Carson Mansion

The 1884 Carson Mansion may well be the ultimate Victorian.

As one of the most written about, and photographed Victorian houses in California, and perhaps in the United States, the William Carson Mansion epitomizes the range of possibilities for eclectic design expression that created a peculiarly American style of architecture.

Built by lumber magnate William Carson to keep 100 of his workers employed during a slump in the timber industry, the mansion’s towers and turrets, columned porches, multiple gables and ornate gingerbread detail—not to mention the paint job—evoke everyone’s ideal of how a Victorian should look.

Carson asked the Newsom Brothers, respected San Francisco architects, to design a family home that reflected his business success and social stature. The Newsoms responded with an exuberant design that combined many of the current styles including Italianate, Eastlake, Stick and Queen Anne. The mansion that arose on a bluff overlooking Carson’s lumber mills and docks became the pride of the city, and set the trend for a period of highly ornate architecture in Eureka.

The Newsoms also designed the J. Milton Carson House, locally known as The Pink Lady, which William Carson built across the street in 1889 as a wedding gift for his son.

Prominently sited, the extensive grounds provide a substantial pedestal for this sculptured edifice. Eye-seeking and shadow-producing surfaces showcase the use of wood as a building material. This three-dimensional "pattern-book" took over one hundred men over wo years to construct.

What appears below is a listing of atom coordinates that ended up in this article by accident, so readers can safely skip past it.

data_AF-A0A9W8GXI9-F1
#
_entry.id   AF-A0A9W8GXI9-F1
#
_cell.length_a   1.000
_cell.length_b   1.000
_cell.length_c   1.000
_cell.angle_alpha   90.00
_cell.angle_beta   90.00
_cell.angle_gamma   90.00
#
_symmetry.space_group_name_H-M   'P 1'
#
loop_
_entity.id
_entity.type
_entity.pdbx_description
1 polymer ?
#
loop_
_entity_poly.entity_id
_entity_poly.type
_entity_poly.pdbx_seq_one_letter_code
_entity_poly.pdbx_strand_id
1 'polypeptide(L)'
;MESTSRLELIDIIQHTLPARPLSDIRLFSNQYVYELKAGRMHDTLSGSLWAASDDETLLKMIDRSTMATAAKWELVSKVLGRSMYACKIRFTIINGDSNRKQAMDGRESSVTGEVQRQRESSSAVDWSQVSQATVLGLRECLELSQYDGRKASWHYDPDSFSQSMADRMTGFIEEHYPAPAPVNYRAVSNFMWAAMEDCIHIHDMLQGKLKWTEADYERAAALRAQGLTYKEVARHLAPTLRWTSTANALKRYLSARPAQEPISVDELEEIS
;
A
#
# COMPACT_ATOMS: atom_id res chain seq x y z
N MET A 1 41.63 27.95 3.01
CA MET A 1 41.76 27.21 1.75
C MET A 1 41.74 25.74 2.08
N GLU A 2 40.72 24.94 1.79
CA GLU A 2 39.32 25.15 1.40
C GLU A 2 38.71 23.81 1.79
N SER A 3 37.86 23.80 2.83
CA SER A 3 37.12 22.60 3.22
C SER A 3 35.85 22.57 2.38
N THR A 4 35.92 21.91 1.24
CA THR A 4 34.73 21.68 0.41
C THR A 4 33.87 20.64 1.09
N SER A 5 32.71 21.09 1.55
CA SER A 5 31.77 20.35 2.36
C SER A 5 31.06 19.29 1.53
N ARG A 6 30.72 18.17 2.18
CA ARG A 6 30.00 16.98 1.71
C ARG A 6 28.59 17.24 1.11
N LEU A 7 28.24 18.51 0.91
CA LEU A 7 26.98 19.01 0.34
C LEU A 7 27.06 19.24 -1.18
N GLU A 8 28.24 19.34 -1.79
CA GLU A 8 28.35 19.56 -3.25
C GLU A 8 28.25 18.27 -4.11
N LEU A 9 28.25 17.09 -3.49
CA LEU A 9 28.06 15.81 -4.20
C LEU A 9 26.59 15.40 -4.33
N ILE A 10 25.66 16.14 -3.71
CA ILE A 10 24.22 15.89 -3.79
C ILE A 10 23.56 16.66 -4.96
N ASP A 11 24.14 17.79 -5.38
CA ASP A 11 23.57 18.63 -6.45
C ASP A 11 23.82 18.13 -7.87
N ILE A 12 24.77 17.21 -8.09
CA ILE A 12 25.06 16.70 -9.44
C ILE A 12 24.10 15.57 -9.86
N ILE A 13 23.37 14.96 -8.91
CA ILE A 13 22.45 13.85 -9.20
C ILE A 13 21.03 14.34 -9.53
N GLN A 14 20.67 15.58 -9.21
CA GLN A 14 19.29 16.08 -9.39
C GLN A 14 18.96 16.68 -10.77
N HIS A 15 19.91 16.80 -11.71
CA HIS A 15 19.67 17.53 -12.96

Its influence on the design of subsequent buildings in Eureka is readily apparent even today. In addition to the abundant use of redwood, Mr. Carson imported 97,000 feet of primavera or "white mahogany" from Central America, along with other woods and onyx from the Philippines, East India, and Mexico. The elaborate interiors include stained glass, plasterwork, and carved ornaments in exotic woods.

The Carson Mansion was owned by the descendents of William Carson until 1950, when it was sold to the Ingomar Club. The Mansion is privately owned and maintained and is not available for public entry. The private club exists primarily to restore and maintain this incredible architectural gem. There are no tours of the interior. However, visitors are welcome to view the mansion and take photos from the sidewalk.

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